outside of a traditional hospital emergency department) and a highly trained team of paramedics

operating from a fleet of high speed ambulances equipped with the latest in mobile trauma technology.

That would help solve our shortage of healthcare professionals and improve service dramatically.

On the subject of education, population numbers and distribution are again just as important as they are

in municipal governance. We have more than 300 schools K-12 in New Brunswick many of them half full

or less.. At most, we probably need amix of about 48 schools across K-6 primary, 7-9 middle school and

10-12 high school. We have an excellent community college and university system in New Brunswick. We

probably need to add a technical institute and a medical school but most importantly, we need to find the

ways and means of keeping more of our young people in post-secondary education and more of our

garduates in New Brunswick.

W.E. (Bill) Belliveau

One way to do this might be some sort of civic ROTC scholarship program attached to a five year, post

graduation contract of residency and employment. If we want to be a truly bilingual province, we need to

have a single bilingual school system K-12. All of this could lead to a better educated work-force. To

support and retain that workforce, we also have to invest in productivity to get rid of low wage jobs that

few people want to do anymore and to make us more price competitive in global trade markets.

That means fish plants run by robots. That means forest harvesting done by roboticized machines. That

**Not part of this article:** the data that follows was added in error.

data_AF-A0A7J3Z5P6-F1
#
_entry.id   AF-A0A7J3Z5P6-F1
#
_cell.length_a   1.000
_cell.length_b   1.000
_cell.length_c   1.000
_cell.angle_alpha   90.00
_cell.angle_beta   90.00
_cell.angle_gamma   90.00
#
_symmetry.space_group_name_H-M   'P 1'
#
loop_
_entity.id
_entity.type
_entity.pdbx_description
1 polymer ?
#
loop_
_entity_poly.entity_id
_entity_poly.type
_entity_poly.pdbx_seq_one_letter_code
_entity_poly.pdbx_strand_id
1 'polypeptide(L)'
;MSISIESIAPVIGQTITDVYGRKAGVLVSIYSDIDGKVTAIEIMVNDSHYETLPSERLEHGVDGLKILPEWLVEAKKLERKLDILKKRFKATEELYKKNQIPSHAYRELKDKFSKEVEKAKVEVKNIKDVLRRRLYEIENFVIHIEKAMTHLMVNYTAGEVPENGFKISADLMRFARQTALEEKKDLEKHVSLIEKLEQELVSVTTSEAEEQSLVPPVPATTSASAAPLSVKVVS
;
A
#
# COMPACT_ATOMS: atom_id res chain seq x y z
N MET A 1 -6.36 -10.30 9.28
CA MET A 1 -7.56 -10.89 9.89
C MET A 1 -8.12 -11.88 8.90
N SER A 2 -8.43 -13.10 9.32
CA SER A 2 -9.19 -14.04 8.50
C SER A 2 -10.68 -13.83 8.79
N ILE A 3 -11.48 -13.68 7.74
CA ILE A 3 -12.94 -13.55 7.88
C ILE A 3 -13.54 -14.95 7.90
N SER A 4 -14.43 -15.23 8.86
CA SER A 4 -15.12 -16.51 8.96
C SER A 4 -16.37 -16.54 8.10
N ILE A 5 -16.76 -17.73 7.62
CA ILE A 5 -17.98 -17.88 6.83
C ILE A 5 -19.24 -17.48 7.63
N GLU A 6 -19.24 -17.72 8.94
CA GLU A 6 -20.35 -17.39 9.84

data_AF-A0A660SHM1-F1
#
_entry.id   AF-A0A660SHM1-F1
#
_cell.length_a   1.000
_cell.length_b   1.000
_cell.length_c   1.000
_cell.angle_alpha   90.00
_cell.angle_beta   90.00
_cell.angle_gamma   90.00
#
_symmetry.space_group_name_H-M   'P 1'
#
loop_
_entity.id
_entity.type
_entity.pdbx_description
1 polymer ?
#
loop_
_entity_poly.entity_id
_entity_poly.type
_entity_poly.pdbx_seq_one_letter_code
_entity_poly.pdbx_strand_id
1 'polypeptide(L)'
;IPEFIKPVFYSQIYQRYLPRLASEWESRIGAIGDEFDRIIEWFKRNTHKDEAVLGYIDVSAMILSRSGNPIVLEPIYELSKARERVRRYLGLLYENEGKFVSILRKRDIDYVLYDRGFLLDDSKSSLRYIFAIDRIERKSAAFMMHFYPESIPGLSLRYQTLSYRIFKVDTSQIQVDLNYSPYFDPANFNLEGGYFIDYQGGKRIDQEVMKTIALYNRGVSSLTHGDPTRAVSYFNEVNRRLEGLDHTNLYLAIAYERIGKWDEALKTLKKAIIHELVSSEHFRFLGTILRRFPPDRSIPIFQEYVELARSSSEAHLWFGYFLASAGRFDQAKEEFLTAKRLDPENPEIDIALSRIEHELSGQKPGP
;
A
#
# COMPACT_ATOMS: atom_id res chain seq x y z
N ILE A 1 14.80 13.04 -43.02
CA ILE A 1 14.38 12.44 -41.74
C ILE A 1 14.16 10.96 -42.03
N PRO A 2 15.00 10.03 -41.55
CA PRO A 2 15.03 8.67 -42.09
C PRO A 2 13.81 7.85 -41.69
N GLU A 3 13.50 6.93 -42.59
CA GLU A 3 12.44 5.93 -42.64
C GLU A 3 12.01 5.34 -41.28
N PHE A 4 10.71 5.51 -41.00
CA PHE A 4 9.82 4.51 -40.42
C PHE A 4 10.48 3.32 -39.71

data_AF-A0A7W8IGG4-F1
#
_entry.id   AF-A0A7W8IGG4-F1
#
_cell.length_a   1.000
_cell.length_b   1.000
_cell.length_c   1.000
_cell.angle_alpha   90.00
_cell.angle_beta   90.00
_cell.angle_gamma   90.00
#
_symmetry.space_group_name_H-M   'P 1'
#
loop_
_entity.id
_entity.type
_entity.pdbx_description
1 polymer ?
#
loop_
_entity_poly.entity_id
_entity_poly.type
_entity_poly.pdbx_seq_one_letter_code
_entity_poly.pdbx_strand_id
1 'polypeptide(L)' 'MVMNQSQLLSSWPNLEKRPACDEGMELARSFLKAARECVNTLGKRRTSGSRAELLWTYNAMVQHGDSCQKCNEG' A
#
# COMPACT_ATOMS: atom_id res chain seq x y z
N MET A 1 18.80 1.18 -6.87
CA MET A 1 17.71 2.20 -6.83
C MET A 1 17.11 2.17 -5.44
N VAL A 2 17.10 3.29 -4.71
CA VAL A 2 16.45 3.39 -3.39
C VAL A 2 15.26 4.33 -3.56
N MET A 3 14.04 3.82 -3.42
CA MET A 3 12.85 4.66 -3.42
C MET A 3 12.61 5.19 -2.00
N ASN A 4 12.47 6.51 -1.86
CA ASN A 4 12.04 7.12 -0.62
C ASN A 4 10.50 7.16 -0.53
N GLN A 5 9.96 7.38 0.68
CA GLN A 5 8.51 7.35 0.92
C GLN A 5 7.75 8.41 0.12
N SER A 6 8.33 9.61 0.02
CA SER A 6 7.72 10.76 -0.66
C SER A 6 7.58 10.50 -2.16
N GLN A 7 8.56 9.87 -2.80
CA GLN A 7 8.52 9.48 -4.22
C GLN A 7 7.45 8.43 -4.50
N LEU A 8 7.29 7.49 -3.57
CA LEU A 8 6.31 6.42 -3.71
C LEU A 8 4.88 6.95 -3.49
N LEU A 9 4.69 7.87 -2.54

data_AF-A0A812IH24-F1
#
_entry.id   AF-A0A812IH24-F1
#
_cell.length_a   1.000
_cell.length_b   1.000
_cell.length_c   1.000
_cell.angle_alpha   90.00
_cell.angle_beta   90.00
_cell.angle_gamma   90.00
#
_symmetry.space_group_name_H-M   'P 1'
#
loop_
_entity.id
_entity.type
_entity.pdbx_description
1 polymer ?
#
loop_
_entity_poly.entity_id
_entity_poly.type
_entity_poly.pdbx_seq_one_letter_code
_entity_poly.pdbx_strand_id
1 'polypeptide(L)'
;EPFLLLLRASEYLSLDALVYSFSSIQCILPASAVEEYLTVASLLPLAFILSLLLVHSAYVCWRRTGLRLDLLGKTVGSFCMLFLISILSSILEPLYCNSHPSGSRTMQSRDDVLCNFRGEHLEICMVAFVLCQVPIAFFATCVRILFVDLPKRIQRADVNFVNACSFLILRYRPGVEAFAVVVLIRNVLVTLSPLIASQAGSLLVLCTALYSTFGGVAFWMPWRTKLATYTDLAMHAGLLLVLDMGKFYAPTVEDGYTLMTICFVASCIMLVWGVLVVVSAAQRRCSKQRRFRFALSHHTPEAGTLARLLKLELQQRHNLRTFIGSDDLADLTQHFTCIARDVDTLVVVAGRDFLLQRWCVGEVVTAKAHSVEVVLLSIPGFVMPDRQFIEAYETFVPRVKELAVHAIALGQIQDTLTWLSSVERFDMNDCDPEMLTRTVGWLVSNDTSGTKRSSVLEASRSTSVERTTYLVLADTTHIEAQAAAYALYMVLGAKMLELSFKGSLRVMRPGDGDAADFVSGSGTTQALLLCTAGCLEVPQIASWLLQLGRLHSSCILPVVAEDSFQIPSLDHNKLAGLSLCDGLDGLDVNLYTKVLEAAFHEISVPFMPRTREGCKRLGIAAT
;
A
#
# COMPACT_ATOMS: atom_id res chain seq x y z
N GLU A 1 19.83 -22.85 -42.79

means high-tech farming. That means increased scale and automation in our manufacturing sector. That

means a greater emphasis on reasearch and devlopment in our universities, in our hospitals and our IT

sector. It could also mean the end of employment insurance subsidies in our seasonal industries.

We can no longer hope to survive on federal transfers and the comfort of institutional services in every

village. It’s too expensive and we can’t afford it. Most significantly, it’s too hard and often impossible to

attract and retain the skilled people to run these institutional services and live in small communities,

distant from the intellectual stimulous of larger communities. We need to convince our young people there

is a future for them in New Brunswick and we need to aggressively recruit new residents who will bring

new ideas and new businesses to this province. We need to double our population. 761,000 people is

barely enough to form a city. It’s certainly not enough to support a provincial government.

Nothing will change in New Brunswick without a fundamental change in how we organize ourselves as

people and how we increase our value through education and innovation. We need leadership that

understands the need for change and we need framework legislation that commits to specific goals,

defines what’s needed to achieve those goals and maps out the road to succss.

W.E. (Bill) Belliveau is a Shediac resident and business consultant. He can be contacted at

heronplace1@rogers.com